Japan viewed Russia’s eastern expansion with alarm, and the CER was a casus belli for the Russo-Japanese conflict in 1905. A rising power, the Japanese shocked the world by defeating the Russians both on land – in the battle of Mukden, which involved 600,000 combatants – and at sea, when the Russian fleet famously sailed halfway around the world from its Baltic base, only to be sunk in the Tsushima Strait.
Russia’s defeat cost it the Liaodong Peninsula and the Japanese took over the CER line between Changchun and Port Arthur, renaming it to the South Manchuria Railway. Although some Russians returned home after this major setback, many more kept arriving. By 1913, Harbin was an established Russian colony with a population of nearly 70,000 people, most of the Russian or Chinese descent.
he White Russian Army ran the Russian part of the CER from 1917 to 1924, and many in the Russian Harbintsy community, which by the 1920s numbered about 120,000, thought their lifestyle would last forever. They were wrong. The Soviet Union was established on December 30, 1922, and China officially recognized the Soviet government two years later. Old Russian passports were now invalid and Harbin’s Russians who had no wish to become Soviet citizens were rendered stateless.
The Soviets renounced imperialist territorial claims but took control of the CER. In a pact that would have consequences for Aleksandrov, it was agreed with the Chinese that the CER would employ only Soviet and Chinese citizens. By this time, the Chinese were also taking over Harbin institutions, including the police, courts and post office. In 1929, Chinese warlord Zhang Xueliang captured the CER, but Soviet troops intervened to restore the status quo.
In September 1931, Japan invaded Manchuria, establishing a base in Mukden, about 550km south of Harbin. Then in February 1932 their troops overcame Chinese resistance to take Harbin. The city’s White Russians initially welcomed the Japanese, who had been Western allies in the first world war and had sent troops to Manchuria in 1917 to defend the White Russians against the Reds. But things had changed. The Japanese established a claim to the territory they now called Manchukuo. They wanted to control the whole CER and, in 1935, the Soviets sold the rest of the line to them. In return, Japan arranged for 20,000 CER employees and their families, including 13,000 from Harbin, to return to Russia. Foreign business in Harbin shrank as the puppet state of Manchukuo became isolated internationally and the Japanese tightened their grip on the local economy. Poverty was rife, especially among the Chinese. Prostitution was rampant across nationalities.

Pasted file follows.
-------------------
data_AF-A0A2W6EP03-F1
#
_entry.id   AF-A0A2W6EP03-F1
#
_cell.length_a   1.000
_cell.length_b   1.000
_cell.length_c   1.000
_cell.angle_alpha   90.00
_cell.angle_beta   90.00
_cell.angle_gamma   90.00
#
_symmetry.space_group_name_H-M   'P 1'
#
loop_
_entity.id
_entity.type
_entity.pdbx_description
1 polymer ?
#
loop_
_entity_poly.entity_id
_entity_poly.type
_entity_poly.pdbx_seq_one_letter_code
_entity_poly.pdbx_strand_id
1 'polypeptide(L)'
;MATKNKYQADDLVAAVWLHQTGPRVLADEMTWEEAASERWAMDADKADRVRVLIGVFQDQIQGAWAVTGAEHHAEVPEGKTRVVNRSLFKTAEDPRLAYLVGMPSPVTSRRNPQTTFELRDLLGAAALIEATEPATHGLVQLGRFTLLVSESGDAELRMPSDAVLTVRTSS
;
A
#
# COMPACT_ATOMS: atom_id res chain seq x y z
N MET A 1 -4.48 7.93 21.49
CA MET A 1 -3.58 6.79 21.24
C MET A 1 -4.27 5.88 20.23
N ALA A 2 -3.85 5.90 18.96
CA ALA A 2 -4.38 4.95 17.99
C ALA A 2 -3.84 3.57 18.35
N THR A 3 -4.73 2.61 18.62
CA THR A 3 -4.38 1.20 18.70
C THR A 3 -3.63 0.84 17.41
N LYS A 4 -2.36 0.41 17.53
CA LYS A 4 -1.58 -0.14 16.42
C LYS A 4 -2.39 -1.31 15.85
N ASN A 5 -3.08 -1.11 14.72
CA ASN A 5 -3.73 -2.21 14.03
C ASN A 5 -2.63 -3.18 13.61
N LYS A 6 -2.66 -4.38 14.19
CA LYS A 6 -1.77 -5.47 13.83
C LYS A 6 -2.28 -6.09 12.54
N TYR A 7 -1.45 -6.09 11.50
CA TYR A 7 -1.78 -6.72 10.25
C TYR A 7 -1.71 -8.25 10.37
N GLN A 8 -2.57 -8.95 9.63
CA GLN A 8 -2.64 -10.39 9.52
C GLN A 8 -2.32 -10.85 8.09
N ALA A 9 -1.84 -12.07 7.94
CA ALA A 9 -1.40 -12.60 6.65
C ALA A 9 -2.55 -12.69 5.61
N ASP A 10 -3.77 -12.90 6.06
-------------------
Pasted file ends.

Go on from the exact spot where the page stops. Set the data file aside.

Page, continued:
It did not help that the Songhua River flooded Harbin twice in the 30s, causing epidemics and collapsing infrastructure. Most horrific of all, as we saw during a visit to the War Crimes Museum in the Pingfang district, starting in 1934 the Japanese Army’s Unit 731 built a biological and chemical warfare research and development unit that performed vivisection on live humans. Over a decade, they would subject at least 3,000 men, women, and children to experiments that included freezing them or injecting them with bubonic plague. Most of those killed at Unit 731 were Chinese, but they also included Soviet Russians, Mongolians, Koreans and Allied prisoners of war. “Plague bombs” developed at Unit 731 and affiliated units were dropped on the Chinese throughout the second world war, and resulting cholera, anthrax and plague killed hundreds of thousands of civilians.
The city as it exists today still shows St Sophia Cathedral, built-in 1907 and a focal point for orthodox Russians closed during the Cultural Revolution in 1997 it was converted into a museum: